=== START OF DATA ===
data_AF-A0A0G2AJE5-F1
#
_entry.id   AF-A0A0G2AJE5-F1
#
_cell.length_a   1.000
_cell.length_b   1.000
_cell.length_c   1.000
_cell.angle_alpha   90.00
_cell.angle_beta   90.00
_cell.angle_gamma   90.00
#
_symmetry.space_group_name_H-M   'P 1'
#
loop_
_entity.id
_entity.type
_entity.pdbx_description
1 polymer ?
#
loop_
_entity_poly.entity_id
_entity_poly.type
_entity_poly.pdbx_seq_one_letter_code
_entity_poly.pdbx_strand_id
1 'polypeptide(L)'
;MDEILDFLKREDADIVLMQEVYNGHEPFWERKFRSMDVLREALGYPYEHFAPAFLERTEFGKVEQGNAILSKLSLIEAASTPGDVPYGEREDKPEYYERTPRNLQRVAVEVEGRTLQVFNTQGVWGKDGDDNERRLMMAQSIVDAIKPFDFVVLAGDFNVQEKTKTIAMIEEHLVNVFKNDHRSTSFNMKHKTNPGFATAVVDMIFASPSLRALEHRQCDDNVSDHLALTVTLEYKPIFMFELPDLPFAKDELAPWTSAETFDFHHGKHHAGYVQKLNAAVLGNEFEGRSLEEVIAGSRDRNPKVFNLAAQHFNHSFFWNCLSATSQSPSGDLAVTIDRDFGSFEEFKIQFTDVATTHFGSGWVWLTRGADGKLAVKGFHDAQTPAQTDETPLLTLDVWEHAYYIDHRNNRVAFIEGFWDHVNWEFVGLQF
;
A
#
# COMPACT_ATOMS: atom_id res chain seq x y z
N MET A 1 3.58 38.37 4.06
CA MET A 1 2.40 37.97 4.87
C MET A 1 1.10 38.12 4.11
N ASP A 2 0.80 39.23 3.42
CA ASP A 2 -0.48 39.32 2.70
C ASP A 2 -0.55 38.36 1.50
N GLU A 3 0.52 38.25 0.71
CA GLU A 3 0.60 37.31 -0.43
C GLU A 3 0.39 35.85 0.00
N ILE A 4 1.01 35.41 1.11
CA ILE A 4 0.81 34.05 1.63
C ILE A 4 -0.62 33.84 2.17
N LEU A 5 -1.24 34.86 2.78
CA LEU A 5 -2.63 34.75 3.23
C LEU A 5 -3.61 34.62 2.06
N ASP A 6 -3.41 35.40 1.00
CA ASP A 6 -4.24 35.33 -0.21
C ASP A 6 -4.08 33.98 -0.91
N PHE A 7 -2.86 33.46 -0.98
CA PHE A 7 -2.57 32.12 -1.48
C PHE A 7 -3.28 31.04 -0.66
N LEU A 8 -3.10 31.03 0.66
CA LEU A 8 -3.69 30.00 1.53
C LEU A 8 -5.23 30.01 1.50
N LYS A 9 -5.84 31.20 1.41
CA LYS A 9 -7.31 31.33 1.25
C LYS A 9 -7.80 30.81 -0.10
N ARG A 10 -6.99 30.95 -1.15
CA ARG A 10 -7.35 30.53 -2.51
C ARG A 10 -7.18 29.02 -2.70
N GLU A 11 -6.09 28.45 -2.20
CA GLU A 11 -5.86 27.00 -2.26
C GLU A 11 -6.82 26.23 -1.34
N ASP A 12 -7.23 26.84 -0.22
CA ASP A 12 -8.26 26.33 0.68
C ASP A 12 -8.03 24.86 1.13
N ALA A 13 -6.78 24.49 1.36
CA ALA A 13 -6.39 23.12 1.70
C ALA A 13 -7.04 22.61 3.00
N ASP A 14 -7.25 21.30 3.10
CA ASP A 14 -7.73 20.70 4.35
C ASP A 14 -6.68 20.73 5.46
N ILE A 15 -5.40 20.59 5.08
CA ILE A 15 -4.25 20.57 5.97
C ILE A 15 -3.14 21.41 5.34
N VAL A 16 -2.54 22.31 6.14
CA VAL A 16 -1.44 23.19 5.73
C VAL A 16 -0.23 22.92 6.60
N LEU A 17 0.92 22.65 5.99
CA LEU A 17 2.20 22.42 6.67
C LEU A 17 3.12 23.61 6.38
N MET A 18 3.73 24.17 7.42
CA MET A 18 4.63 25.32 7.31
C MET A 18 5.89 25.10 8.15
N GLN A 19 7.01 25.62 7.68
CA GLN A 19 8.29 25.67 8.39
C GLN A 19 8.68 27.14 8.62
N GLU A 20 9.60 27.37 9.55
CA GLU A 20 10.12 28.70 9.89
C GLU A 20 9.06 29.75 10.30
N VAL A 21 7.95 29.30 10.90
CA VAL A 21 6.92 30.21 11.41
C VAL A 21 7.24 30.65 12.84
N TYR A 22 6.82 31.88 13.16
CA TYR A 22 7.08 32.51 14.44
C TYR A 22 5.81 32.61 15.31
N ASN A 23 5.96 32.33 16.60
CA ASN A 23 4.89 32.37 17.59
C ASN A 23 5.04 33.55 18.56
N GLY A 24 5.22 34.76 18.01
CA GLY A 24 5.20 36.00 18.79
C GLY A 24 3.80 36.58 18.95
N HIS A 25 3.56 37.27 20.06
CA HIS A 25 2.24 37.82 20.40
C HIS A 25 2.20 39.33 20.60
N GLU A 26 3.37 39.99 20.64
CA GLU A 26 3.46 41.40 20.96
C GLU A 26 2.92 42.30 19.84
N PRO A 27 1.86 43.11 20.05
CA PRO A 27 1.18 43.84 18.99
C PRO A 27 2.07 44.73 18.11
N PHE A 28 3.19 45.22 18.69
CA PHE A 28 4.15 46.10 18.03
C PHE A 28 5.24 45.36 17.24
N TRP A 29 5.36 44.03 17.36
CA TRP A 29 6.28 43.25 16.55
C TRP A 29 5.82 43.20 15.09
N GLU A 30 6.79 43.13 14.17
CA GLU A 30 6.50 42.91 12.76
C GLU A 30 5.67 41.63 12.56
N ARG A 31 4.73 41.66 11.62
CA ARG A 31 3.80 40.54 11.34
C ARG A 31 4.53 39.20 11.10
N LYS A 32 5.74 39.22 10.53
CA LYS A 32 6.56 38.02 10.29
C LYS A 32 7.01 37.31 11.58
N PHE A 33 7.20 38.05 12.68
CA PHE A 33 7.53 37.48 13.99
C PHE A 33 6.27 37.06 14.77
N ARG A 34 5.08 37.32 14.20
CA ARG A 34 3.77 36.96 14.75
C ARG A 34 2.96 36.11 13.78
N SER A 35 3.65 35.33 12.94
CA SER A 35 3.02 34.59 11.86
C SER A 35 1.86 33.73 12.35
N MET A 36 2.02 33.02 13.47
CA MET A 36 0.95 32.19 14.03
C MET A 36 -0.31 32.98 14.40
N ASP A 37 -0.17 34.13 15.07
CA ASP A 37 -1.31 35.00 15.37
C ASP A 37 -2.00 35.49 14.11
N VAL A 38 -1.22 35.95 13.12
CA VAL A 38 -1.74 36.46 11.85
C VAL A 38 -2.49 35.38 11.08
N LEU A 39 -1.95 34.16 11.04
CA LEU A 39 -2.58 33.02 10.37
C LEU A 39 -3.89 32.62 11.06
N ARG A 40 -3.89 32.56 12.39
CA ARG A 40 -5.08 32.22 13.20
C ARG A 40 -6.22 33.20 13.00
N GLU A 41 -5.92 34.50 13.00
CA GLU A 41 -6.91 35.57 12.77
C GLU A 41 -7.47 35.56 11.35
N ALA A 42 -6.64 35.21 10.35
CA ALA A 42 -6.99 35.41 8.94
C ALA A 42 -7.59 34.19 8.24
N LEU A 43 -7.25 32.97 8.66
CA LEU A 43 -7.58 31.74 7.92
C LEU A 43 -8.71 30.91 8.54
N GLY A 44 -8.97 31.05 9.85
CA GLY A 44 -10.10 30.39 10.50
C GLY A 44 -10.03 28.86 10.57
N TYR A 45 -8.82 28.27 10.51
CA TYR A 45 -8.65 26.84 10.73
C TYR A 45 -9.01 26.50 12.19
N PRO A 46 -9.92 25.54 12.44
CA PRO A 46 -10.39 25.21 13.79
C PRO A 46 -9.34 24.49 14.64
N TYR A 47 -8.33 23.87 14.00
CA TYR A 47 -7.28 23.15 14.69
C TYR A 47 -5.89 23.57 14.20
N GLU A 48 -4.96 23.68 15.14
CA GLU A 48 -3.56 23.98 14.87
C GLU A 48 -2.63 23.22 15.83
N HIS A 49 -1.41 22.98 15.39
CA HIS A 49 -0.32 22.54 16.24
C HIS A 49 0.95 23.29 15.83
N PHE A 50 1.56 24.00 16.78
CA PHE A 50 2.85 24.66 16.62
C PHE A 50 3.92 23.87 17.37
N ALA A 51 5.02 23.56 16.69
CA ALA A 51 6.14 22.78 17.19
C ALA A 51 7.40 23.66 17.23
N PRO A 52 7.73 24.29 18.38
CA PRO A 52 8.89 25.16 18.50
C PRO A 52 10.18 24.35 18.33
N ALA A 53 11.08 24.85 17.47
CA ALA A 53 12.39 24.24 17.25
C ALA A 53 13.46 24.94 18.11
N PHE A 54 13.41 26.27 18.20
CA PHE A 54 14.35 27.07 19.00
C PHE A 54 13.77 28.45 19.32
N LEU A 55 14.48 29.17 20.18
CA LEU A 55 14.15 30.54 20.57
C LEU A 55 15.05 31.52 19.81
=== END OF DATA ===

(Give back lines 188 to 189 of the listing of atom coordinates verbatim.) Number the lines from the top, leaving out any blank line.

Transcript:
CA ALA A 53 12.39 24.24 17.25
C ALA A 53 13.46 24.94 18.11